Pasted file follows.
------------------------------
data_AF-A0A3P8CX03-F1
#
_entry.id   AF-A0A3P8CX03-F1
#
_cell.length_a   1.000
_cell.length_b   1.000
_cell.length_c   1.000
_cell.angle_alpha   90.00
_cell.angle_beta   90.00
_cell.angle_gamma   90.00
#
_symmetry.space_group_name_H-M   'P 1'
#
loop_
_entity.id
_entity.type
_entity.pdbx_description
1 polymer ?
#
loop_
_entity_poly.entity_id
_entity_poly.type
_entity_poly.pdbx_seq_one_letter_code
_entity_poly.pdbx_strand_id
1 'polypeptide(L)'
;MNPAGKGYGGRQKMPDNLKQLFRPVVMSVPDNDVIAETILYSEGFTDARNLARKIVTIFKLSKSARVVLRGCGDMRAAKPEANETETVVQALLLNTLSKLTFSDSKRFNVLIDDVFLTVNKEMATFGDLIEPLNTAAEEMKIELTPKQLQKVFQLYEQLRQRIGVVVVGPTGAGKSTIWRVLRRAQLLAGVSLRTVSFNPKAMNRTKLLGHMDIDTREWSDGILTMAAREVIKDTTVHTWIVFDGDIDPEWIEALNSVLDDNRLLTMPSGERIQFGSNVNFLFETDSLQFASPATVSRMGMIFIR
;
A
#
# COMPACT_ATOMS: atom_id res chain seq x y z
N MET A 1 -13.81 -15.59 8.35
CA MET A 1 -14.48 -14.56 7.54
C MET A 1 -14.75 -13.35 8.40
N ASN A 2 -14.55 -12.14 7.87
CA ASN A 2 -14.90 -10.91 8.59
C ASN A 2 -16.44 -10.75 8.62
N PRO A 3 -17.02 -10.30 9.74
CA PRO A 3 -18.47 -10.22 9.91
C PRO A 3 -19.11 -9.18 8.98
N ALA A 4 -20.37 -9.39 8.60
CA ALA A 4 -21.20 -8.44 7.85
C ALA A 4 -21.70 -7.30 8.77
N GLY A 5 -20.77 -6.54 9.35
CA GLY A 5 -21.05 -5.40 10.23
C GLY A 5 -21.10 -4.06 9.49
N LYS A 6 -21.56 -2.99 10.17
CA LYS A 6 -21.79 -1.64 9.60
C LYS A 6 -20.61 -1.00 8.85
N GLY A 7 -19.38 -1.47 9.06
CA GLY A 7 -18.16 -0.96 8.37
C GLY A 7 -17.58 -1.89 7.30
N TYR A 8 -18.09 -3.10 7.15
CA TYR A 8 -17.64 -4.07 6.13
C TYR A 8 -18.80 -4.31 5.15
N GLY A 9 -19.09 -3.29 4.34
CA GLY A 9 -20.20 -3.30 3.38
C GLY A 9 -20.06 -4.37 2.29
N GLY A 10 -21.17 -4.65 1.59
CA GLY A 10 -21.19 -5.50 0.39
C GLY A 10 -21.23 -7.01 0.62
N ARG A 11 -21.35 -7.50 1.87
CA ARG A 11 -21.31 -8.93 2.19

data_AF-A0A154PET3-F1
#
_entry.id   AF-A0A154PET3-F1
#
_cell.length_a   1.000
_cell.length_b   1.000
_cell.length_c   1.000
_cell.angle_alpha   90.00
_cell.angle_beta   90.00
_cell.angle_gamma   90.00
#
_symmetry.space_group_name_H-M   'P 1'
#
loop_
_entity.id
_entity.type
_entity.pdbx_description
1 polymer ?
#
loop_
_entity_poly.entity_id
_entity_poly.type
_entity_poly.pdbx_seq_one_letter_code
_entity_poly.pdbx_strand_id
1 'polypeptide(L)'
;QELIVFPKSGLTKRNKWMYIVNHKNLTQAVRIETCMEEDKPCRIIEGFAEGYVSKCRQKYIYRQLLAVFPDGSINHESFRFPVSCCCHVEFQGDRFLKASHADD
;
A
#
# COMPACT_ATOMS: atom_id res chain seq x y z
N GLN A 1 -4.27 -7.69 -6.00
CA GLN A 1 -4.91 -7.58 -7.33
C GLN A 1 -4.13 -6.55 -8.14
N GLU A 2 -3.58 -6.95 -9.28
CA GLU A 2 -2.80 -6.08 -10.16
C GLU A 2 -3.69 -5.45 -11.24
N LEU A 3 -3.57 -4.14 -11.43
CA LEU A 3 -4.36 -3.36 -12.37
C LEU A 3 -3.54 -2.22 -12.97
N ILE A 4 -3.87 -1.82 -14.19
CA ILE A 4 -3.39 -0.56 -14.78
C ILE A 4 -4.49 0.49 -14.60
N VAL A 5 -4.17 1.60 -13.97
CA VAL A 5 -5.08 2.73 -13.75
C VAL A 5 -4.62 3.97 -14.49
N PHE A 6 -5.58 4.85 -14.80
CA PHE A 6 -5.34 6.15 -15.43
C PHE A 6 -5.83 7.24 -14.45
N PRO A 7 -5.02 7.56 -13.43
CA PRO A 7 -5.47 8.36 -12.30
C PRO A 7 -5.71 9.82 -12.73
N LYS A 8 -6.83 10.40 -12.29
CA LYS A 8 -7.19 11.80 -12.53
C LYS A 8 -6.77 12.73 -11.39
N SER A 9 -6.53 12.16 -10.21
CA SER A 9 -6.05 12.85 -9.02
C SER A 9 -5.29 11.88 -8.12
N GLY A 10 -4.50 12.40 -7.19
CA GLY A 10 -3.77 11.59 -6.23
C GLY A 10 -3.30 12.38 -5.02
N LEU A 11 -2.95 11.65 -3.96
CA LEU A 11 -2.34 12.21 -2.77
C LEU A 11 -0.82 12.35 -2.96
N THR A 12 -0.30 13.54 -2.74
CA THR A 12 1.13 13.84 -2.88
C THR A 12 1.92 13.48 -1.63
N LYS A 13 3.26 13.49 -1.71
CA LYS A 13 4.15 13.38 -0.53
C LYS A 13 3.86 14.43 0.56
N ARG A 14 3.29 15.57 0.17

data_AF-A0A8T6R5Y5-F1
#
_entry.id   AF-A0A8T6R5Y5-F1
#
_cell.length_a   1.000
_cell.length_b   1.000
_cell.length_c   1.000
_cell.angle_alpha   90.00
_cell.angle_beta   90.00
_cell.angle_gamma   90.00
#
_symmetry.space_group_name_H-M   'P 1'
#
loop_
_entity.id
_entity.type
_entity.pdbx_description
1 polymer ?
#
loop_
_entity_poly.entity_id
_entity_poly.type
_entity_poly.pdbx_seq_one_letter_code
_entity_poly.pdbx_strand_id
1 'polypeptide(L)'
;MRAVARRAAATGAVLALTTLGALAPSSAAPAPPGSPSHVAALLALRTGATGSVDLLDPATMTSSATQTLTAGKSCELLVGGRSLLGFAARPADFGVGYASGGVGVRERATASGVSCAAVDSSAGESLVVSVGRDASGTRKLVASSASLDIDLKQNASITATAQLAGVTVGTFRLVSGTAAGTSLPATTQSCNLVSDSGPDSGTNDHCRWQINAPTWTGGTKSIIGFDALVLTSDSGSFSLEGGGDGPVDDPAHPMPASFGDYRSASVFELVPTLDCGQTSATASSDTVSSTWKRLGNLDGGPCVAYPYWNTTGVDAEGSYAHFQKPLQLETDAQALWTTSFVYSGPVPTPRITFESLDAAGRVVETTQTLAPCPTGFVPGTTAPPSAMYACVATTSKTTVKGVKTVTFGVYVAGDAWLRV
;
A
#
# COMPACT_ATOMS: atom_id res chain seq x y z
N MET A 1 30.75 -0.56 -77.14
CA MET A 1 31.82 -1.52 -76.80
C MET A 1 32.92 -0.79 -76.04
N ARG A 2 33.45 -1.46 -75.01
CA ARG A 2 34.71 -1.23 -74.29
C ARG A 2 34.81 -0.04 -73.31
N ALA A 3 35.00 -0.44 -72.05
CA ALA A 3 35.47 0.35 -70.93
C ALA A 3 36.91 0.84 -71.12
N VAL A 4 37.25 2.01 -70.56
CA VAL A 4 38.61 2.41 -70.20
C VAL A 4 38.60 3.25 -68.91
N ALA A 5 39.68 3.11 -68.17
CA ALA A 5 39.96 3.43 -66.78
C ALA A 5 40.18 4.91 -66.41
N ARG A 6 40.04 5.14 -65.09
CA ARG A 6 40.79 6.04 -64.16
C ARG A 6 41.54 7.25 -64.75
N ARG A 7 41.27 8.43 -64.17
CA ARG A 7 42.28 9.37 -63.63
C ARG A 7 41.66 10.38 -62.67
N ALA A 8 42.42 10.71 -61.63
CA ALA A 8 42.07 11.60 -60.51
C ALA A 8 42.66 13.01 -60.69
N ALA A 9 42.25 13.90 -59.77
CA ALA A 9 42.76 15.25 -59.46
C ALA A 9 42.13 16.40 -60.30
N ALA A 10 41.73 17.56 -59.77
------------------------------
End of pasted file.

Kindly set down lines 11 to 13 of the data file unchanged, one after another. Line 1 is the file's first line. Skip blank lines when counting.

#
_symmetry.space_group_name_H-M   'P 1'
#